Police departments nationwide are embracing a new focus on de-escalation.
Sixty departments from as far as California and Florida came to Baltimore's Marriott at Inner Harbor for a class on ICAT, also known as Integrating Communications, Assessment and Tactics. The training program was published by the Police Executive Research Forum, as Washington D.C. law enforcement think tank. The Baltimore Police Department was one of seven police forces across the country to pilot ICAT.
"We have to use force differently in American law enforcement. We can't just talk about it," said Baltimore Police Commissioner Kevin Davis. "We have to train our police officers to use force differently."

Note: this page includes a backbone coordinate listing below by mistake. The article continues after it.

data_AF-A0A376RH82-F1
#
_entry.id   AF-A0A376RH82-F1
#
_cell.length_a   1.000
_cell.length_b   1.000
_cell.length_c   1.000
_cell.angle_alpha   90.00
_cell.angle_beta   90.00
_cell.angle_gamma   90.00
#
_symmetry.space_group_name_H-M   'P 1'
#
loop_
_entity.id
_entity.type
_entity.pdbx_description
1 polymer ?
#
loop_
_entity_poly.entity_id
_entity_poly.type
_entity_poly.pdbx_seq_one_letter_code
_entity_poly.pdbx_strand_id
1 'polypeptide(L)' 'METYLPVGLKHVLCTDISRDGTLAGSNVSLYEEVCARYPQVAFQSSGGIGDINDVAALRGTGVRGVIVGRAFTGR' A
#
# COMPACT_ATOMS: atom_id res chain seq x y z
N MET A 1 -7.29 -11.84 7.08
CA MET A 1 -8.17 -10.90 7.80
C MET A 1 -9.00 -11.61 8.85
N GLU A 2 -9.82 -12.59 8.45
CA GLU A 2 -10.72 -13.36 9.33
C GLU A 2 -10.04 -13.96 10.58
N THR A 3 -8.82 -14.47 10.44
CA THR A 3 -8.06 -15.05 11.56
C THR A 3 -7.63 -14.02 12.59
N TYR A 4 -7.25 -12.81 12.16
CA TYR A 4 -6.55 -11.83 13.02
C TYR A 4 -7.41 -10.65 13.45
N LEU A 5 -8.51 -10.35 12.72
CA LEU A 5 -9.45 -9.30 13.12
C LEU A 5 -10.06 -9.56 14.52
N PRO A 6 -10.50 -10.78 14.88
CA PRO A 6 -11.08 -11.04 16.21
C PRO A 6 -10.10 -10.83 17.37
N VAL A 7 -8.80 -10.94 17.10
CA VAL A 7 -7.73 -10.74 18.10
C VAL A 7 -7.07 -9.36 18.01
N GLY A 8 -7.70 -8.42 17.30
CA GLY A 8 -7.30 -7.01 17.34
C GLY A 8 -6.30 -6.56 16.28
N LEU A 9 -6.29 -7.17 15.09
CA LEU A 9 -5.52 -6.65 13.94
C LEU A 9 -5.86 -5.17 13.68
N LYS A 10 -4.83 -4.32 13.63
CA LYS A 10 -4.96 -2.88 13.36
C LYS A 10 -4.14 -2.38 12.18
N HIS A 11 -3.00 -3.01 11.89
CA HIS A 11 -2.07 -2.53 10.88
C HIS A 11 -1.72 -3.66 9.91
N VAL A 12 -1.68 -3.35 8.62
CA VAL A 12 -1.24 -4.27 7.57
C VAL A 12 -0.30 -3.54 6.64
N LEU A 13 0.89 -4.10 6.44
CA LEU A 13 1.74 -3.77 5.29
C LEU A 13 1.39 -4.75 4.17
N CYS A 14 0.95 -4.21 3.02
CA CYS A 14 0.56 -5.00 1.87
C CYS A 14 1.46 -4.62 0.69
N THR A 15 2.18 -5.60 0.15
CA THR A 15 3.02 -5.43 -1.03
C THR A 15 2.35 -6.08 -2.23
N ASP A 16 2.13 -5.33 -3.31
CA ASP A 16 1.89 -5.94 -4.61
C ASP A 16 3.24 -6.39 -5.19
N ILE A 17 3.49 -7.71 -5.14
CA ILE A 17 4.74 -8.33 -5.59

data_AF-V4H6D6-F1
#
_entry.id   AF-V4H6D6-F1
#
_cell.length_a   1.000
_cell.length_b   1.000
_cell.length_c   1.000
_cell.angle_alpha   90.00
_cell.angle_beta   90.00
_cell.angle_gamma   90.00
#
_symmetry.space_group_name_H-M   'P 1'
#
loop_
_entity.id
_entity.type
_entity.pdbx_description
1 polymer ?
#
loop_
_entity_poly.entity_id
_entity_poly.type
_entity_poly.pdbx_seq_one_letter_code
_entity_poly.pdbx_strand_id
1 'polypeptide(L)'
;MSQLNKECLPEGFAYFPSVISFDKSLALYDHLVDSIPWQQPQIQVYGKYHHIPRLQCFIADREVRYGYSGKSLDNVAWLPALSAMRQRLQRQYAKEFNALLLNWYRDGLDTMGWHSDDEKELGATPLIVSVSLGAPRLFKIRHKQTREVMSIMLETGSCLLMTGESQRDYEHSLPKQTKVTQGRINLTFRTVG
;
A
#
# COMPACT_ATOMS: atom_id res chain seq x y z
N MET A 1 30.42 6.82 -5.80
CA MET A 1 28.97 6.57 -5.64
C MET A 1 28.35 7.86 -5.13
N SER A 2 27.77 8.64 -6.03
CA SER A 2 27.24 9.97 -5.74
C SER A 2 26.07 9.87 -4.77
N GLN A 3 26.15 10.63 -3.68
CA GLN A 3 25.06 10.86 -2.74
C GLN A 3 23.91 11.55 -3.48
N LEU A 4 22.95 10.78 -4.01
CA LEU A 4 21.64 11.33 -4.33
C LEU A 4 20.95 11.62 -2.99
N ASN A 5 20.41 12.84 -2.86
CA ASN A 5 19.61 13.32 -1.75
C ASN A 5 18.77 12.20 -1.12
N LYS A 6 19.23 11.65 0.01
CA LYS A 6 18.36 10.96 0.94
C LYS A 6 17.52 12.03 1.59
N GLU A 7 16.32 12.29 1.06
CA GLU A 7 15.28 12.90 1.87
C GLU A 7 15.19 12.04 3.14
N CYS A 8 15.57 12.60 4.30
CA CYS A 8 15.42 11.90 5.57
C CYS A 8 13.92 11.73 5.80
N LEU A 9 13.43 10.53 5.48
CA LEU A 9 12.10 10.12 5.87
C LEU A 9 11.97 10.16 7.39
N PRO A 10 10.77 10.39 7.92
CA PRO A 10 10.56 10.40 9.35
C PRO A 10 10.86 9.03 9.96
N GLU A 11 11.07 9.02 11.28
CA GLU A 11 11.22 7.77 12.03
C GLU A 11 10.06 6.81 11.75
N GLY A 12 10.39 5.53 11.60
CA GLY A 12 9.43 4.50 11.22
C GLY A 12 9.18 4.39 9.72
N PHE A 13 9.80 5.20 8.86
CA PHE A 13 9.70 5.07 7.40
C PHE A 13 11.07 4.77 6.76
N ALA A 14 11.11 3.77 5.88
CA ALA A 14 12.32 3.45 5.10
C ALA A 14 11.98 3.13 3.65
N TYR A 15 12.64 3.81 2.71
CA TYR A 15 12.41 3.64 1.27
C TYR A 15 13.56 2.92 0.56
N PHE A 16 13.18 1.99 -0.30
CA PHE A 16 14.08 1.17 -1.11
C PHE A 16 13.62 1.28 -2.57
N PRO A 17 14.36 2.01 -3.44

ICAT focuses on new techniques that give officers more time and space in dangerous situations, such as having the right number of officers, the right information from dispatch and non-lethal tools. Officers are also taught crisis intervention and negotiation.
Chuck Wexler, with PERF, said the program helps officers deal with the mentally ill and suspects wielding non-lethal weapons. It does not encourage officers to act differently when suspects are armed with a gun. Wexler said up to a third of officer-involved shooting deaths could be avoided if police know what to do.
"It's not enough to tell an office to de-escalate," he said. "You have to teach them what de-escalation really means and the tactics and options."
The Baltimore Police Department has already begun rolling out the training to some new and veteran officers. Commissioner Davis says all officers will be trained on ICAT in the coming year.